Urinary Tract Infection Basics
Urinary Tract Infection Basics
Peter Loisides (Board Certified Urologist, Saint John's Health Center) gives expert video advice on: What causes recurrent cystitis in menopausal women?; What are the risks for pregnant women with urinary tract infections?; Can children get urinary tract infections, and what are the risks involved? and more...
What is a "Urinary Tract Infection" or "UTI"?
A Urinary Tract Infection or UTI is a situation where bacteria or yeast, primarily, may grow within the urine, which is rich in nutrients, and the bacteria may thrive. They can affect not only the urethra and the bladder, but also ascend up into the kidneys, causing a problem that is an abnormality. This leads to symptoms which can include fevers, chills, burning with urination, and even bleeding.
What are the leading causes of urinary tract infections?
Urinary tract infections are basically caused by a multiple of factors. They may include, in women, a loss of hormones, which can change the environment of the vagina, predisposing the woman to bacterial growth which can then lead to urinary tract infections. Additionally, sexually transmitted diseases can introduce bacteria and other microorganisms within the urinary system. Finally, structural abnormalities may cause problems with bladder dysfunction, which could lead to bladder infections. For example, in men, prostate enlargement can lead to the inability to allow the urine to completely empty out of the bladder.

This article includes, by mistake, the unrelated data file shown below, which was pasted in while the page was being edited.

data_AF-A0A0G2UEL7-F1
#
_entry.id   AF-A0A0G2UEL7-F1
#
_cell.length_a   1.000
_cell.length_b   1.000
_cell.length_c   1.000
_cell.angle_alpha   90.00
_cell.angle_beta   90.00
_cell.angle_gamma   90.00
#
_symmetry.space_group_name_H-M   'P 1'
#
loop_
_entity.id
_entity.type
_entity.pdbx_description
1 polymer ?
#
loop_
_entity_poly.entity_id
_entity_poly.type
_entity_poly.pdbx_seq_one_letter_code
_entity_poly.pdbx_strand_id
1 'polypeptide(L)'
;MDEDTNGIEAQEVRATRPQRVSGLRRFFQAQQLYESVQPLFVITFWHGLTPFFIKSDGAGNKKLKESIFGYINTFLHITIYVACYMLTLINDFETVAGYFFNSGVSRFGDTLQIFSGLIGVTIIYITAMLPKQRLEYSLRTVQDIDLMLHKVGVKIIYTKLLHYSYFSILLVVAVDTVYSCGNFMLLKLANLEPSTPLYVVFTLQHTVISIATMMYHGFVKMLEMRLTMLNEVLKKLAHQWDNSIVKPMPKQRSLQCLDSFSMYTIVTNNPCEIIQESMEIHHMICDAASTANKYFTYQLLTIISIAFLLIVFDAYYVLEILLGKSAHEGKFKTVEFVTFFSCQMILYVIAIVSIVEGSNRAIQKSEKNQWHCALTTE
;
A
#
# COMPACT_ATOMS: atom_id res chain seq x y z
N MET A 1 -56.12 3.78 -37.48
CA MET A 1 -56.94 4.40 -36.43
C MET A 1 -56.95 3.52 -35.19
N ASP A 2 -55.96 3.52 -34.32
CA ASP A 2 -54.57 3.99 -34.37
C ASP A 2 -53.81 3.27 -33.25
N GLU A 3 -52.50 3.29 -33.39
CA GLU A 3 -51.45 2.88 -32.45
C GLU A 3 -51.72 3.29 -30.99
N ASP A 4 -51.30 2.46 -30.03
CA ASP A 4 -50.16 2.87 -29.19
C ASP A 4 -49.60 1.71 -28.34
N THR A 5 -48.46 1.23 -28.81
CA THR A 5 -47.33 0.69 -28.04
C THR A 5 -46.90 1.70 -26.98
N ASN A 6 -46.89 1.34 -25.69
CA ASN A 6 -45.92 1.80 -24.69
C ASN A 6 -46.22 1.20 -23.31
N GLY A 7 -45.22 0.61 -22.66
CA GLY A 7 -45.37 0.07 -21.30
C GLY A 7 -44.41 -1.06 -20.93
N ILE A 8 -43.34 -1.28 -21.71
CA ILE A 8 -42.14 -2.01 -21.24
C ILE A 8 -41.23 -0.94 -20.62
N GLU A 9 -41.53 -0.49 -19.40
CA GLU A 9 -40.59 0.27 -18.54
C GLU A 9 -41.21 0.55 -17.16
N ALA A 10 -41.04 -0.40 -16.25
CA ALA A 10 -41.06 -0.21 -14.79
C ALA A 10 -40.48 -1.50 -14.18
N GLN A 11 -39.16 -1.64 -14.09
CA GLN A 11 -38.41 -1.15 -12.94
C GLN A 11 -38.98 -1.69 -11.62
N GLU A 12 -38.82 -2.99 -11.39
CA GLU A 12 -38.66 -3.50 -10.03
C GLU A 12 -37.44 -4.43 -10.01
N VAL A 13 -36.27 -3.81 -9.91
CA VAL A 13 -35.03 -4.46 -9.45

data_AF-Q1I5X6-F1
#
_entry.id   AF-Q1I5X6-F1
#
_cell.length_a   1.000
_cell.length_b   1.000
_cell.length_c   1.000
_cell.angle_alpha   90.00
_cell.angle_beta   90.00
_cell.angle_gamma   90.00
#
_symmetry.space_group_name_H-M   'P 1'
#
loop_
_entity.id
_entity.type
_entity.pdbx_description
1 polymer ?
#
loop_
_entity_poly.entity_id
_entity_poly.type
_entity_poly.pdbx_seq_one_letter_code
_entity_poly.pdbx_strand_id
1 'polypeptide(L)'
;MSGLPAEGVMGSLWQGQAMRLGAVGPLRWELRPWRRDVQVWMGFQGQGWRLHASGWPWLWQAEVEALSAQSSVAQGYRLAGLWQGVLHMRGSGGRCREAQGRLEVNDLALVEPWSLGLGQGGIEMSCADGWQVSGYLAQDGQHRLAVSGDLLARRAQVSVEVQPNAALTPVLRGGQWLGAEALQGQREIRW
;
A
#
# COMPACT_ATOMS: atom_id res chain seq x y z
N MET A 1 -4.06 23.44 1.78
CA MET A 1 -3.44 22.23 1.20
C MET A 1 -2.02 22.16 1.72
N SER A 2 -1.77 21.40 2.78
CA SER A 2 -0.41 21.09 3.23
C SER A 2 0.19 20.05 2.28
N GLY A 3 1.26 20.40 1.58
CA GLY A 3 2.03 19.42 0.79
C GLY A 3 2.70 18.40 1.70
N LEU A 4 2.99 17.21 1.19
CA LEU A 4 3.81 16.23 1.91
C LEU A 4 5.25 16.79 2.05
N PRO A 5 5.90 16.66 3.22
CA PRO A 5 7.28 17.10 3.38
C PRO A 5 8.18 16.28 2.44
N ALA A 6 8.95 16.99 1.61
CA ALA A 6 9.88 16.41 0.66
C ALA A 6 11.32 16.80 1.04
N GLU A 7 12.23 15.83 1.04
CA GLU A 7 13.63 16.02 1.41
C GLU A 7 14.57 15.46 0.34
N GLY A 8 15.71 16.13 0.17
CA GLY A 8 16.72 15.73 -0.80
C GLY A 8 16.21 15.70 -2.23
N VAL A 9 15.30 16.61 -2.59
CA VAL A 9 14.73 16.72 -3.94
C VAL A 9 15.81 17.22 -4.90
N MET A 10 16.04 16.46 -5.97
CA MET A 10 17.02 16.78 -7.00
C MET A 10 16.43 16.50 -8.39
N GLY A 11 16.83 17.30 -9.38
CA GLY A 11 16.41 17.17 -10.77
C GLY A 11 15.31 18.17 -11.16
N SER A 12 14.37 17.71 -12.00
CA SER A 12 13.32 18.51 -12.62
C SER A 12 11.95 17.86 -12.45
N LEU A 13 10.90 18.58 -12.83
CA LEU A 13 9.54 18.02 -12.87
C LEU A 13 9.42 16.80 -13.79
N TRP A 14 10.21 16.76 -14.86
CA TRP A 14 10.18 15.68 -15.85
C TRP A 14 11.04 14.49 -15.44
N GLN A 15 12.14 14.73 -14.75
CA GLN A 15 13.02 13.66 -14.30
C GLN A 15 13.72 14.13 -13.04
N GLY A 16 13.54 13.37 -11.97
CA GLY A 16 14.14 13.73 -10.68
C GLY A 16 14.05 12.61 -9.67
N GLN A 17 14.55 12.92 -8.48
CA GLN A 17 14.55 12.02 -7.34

What are the three stages of a urinary tract infection?
A urinary tract infection can occur in multiple forms. If you look at the anatomy, each segment can be affected. Primarily, the urethra can become infected. This urinary tract infection is more commonly with sexually transmitted diseases. Secondly, the bladder can become infected and, commonly, that's where most of the urinary tract infections occur. Finally, urinary infections can ascend up into the kidneys, causing an issue with kidney infections. We have the lower, the mid, and the upper urinary system making up the three stages of a urinary tract infection.
What is "acute cystitis"?
Acute cystitis is when the urine has quickly become infected with bacteria primarily; but again, less frequently with yeast. A change in symptoms occurs suddenly over the course of a few hours or a day or two where there could be urgency of urination, frequency of urination, burning with urination, and sometimes even bloody urine.
What is "recurrent cystitis"?
Recurrent cystitis is when a person gets an infection, it seemingly has gone away or lessened in its severity, but then it recurs once again.
What causes recurrent cystitis in menopausal women?
Chronic cystitis is frequently seen in postmenopausal women and the reason is that with the loss of oestrogens that occur during the change of life at menopause, the oestrogen levels are substantially reduced. Due to that, a whole set of chain reactions have been set forth where the oestrogens induce a lower population of lactobacillus acidophilus in the vaginal environment. Less acid is produced so the environment becomes more alkaline. Bacteria seem to thrive in greater numbers in a more alkaline environment, thereby increasing the risk of a bladder infection or a UTI occurring.